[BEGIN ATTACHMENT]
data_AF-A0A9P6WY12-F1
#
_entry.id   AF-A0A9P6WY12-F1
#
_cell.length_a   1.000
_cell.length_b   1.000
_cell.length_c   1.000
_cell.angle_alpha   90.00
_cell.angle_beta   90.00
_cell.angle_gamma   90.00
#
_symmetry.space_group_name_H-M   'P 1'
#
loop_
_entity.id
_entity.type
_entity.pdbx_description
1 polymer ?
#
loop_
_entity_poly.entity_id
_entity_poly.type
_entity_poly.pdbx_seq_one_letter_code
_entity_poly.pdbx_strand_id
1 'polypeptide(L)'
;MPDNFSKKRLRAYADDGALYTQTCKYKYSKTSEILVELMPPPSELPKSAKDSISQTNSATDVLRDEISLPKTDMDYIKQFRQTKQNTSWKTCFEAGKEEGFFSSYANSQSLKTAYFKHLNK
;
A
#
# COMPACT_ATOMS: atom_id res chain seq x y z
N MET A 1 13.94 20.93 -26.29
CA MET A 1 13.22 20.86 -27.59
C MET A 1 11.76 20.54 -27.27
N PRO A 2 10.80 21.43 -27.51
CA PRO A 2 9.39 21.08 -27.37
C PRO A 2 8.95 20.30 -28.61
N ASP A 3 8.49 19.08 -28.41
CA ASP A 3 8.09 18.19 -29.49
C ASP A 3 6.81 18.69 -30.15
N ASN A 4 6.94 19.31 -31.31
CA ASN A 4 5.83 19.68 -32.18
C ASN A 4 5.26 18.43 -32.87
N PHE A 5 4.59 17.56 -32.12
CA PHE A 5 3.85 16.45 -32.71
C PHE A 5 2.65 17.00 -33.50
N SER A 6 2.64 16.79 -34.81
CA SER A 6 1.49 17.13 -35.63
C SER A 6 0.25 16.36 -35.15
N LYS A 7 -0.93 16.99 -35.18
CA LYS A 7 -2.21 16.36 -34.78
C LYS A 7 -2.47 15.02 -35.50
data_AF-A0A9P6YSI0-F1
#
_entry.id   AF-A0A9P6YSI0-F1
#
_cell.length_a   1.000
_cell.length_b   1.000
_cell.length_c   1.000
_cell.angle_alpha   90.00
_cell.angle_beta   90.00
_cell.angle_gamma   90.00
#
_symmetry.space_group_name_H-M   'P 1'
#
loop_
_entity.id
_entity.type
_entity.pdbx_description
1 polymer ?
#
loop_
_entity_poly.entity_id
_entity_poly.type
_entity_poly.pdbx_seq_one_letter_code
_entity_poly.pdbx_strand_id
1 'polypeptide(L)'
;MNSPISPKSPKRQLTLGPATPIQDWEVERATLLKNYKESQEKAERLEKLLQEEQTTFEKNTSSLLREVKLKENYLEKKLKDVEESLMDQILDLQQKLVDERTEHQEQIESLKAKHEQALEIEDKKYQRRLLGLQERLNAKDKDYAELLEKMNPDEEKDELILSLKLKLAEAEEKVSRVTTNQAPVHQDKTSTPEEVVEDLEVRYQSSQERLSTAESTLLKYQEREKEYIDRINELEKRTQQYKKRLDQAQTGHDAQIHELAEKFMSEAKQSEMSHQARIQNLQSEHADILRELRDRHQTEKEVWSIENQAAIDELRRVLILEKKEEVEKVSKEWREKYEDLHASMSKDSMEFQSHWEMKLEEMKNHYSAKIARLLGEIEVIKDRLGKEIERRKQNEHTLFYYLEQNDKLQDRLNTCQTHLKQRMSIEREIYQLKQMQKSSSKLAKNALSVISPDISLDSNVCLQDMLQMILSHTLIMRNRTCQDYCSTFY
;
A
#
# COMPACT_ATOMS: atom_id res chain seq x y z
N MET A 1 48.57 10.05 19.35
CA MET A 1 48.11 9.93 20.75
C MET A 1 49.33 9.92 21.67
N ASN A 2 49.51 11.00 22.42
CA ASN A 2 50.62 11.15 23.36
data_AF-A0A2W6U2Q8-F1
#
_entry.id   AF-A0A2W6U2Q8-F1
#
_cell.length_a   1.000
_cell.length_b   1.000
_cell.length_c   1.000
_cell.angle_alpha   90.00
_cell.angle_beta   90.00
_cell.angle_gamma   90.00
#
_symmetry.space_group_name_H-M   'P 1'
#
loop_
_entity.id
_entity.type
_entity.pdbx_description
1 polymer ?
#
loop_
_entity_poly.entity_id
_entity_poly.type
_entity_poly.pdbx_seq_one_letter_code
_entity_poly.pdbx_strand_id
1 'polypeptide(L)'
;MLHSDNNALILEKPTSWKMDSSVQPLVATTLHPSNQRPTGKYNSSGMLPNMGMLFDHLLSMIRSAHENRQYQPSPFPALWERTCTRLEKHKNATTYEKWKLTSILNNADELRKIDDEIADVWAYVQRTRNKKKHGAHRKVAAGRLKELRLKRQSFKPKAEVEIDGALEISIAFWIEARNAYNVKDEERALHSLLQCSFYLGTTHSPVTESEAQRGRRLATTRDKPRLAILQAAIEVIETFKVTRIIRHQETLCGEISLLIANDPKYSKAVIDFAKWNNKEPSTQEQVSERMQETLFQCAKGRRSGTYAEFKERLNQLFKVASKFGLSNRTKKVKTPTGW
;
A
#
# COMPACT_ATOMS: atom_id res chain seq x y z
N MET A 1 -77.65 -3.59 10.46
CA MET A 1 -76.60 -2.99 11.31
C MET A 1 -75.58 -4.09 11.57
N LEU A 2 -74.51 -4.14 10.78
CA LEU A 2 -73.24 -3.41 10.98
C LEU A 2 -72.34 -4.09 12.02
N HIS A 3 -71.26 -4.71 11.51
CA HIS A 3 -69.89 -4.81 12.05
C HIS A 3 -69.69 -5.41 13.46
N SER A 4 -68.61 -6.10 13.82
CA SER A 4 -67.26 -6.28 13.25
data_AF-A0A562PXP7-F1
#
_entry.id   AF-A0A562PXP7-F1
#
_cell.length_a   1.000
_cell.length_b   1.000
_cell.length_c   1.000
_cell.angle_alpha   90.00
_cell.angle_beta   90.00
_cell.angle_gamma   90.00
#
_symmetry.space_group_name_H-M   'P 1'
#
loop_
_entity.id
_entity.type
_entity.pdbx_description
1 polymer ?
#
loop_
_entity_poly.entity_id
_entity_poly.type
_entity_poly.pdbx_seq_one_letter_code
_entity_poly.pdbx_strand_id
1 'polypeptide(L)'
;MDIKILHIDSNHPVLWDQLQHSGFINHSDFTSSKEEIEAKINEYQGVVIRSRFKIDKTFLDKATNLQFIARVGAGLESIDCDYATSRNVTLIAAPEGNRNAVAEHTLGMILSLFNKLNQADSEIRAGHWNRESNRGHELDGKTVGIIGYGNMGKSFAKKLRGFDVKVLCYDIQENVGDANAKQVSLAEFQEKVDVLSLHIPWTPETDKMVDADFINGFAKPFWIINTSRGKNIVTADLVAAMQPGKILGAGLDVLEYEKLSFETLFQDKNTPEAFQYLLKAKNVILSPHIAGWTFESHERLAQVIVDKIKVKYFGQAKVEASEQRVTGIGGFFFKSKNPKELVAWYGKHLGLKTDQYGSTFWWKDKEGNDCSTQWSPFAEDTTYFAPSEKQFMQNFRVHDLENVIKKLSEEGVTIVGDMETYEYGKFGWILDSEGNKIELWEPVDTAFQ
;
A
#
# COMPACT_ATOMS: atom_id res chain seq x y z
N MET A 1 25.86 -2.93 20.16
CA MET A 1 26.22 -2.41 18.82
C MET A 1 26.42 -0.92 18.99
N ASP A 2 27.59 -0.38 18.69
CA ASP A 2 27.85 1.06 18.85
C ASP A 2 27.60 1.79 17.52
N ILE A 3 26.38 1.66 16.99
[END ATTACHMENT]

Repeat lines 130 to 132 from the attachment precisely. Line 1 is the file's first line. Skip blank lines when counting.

_entry.id   AF-A0A562PXP7-F1
#
_cell.length_a   1.000